Skiing, snowboarding and speed skating will likely be the highlights in Sochi this month, but in Sobetso, Japan, a different sport is taking the spotlight.
Yukigassen, which literally means “snow battle”, elevates snowball fighting to a professional sport every February when more than 100 teams compete to become world champions of the Showa-Shinzan International Yukigassen. Described as a cross between capture the flag and dodgeball, Yukigassen pits two teams of seven players against each other on a snow-covered field, as players lob snowballs in hopes of hitting the opposition and tagging them out.
The snowballs are far from the hand-cupped backyard variety; in fact, a specialised snowball-making machine produces the ammunition at a standard size (6.5cm to 7cm in diameter). Each team receives 90 snowballs for the three-minute match, and win either by tagging the entire other team out, or by capturing the other team’s flag on the opposite site of the rectangular field. The team that wins two out of three matches advances in the tournament.
The location of the world championship is as interesting as the game itself. Located on Hokkaido, Japan’s northernmost major island, the field is built annually at the foot of Mt Shōwa-Shinzan, a 398m-tall volcanic dome that rose up out of the ground after a series of earthquakes in 1944. Today the peak still vents smoke, but it has not erupted since its initial formation.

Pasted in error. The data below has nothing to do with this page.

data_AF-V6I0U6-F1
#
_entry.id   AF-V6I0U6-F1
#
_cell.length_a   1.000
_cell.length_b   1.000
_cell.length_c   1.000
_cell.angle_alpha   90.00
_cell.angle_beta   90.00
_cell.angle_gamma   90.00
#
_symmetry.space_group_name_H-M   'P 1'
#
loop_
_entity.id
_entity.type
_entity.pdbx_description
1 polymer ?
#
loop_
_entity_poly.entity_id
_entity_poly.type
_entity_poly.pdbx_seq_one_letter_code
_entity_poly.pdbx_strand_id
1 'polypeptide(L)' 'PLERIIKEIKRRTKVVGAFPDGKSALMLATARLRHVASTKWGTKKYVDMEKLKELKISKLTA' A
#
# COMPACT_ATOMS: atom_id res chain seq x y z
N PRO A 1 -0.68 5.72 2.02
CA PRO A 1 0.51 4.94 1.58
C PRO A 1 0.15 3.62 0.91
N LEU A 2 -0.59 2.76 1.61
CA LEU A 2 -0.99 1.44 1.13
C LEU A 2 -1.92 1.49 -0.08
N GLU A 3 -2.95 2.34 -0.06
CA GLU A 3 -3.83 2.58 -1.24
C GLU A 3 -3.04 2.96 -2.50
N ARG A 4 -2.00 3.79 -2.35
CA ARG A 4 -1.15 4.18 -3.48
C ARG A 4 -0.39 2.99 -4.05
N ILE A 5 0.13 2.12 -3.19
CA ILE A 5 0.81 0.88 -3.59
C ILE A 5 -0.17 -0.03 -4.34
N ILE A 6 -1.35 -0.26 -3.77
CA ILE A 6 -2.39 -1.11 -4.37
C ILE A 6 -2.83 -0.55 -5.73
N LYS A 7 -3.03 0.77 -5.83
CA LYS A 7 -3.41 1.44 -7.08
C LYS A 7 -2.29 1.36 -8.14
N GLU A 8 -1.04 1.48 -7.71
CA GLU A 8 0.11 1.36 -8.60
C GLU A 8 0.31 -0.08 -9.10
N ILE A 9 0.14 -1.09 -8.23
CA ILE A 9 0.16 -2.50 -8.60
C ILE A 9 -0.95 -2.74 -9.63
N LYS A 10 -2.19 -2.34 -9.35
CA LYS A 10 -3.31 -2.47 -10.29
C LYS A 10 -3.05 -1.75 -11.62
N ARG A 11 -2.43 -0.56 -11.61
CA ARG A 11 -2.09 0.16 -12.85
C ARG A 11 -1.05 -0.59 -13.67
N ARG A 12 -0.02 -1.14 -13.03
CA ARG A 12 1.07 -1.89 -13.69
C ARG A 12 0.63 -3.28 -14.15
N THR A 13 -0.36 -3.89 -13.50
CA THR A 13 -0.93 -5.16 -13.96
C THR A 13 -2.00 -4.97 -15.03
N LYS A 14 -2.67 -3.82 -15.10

The Yukigassen tournament was created in 1989 as a way to draw tourists to the region in the cooler months, and has been such a success that the sport has grown outside Japan, with countries such as Canada, Finland, Australia and the United States hosting their own competitions throughout their winters. Winners from other countries can earn themselves an automatic spot among the more than 100 teams expected to compete in this year's world championship, which will be held 22 and 23 February. Players in countries that do not currently have a competition can apply for a select few wild card slots.
Even visitors that do not make the cut can watch the snowballs being made in-between matches or enjoy the nearby snow park festival area, stocked with food and hot drinks to warm hands after any non-sanctioned snowball throws.